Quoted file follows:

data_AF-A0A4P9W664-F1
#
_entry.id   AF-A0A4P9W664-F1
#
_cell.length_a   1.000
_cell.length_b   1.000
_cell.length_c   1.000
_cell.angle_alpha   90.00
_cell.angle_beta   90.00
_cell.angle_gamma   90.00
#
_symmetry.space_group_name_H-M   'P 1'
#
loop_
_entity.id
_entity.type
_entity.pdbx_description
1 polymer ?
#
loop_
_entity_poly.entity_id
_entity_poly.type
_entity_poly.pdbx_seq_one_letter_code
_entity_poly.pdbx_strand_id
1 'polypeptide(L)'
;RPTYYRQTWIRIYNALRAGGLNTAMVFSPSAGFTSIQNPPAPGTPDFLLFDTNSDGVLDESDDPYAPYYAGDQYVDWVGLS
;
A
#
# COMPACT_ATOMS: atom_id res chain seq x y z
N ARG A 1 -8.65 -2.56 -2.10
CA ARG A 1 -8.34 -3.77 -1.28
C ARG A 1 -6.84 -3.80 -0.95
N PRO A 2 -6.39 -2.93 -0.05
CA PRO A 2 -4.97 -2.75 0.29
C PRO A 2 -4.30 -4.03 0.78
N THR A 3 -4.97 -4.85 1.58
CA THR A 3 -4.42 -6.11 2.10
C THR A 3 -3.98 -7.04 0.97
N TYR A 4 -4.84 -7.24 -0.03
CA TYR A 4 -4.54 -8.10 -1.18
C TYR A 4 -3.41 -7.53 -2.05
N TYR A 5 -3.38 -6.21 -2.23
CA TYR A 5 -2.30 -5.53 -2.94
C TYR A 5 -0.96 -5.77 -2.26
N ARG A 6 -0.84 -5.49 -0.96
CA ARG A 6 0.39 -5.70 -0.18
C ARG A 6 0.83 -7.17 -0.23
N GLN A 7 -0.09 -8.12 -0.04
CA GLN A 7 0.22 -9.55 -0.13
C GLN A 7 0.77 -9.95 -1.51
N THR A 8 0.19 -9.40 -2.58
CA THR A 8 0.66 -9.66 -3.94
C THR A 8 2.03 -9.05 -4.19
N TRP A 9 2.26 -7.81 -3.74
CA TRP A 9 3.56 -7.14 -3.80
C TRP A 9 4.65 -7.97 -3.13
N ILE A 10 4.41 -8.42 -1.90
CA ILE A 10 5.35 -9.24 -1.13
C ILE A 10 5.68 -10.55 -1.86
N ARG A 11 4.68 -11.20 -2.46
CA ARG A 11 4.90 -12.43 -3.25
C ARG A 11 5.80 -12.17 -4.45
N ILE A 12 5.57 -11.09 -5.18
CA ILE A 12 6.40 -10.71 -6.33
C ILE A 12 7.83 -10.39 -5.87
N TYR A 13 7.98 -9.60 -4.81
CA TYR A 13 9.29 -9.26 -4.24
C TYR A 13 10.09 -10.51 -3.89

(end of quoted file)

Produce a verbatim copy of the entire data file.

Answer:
data_AF-A0A4P9W664-F1
#
_entry.id   AF-A0A4P9W664-F1
#
_cell.length_a   1.000
_cell.length_b   1.000
_cell.length_c   1.000
_cell.angle_alpha   90.00
_cell.angle_beta   90.00
_cell.angle_gamma   90.00
#
_symmetry.space_group_name_H-M   'P 1'
#
loop_
_entity.id
_entity.type
_entity.pdbx_description
1 polymer ?
#
loop_
_entity_poly.entity_id
_entity_poly.type
_entity_poly.pdbx_seq_one_letter_code
_entity_poly.pdbx_strand_id
1 'polypeptide(L)'
;RPTYYRQTWIRIYNALRAGGLNTAMVFSPSAGFTSIQNPPAPGTPDFLLFDTNSDGVLDESDDPYAPYYAGDQYVDWVGLS
;
A
#
# COMPACT_ATOMS: atom_id res chain seq x y z
N ARG A 1 -8.65 -2.56 -2.10
CA ARG A 1 -8.34 -3.77 -1.28
C ARG A 1 -6.84 -3.80 -0.95
N PRO A 2 -6.39 -2.93 -0.05
CA PRO A 2 -4.97 -2.75 0.29
C PRO A 2 -4.30 -4.03 0.78
N THR A 3 -4.97 -4.85 1.58
CA THR A 3 -4.42 -6.11 2.10
C THR A 3 -3.98 -7.04 0.97
N TYR A 4 -4.84 -7.24 -0.03
CA TYR A 4 -4.54 -8.10 -1.18
C TYR A 4 -3.41 -7.53 -2.05
N TYR A 5 -3.38 -6.21 -2.23
CA TYR A 5 -2.30 -5.53 -2.94
C TYR A 5 -0.96 -5.77 -2.26
N ARG A 6 -0.84 -5.49 -0.96
CA ARG A 6 0.39 -5.70 -0.18
C ARG A 6 0.83 -7.17 -0.23
N GLN A 7 -0.09 -8.12 -0.04
CA GLN A 7 0.22 -9.55 -0.13
C GLN A 7 0.77 -9.95 -1.51
N THR A 8 0.19 -9.40 -2.58
CA THR A 8 0.66 -9.66 -3.94
C THR A 8 2.03 -9.05 -4.19
N TRP A 9 2.26 -7.81 -3.74
CA TRP A 9 3.56 -7.14 -3.80
C TRP A 9 4.65 -7.97 -3.13
N ILE A 10 4.41 -8.42 -1.90
CA ILE A 10 5.35 -9.24 -1.13
C ILE A 10 5.68 -10.55 -1.86
N ARG A 11 4.68 -11.20 -2.46
CA ARG A 11 4.90 -12.43 -3.25
C ARG A 11 5.80 -12.17 -4.45
N ILE A 12 5.57 -11.09 -5.18
CA ILE A 12 6.40 -10.71 -6.33
C ILE A 12 7.83 -10.39 -5.87
N TYR A 13 7.98 -9.60 -4.81
CA TYR A 13 9.29 -9.26 -4.24
C TYR A 13 10.09 -10.51 -3.89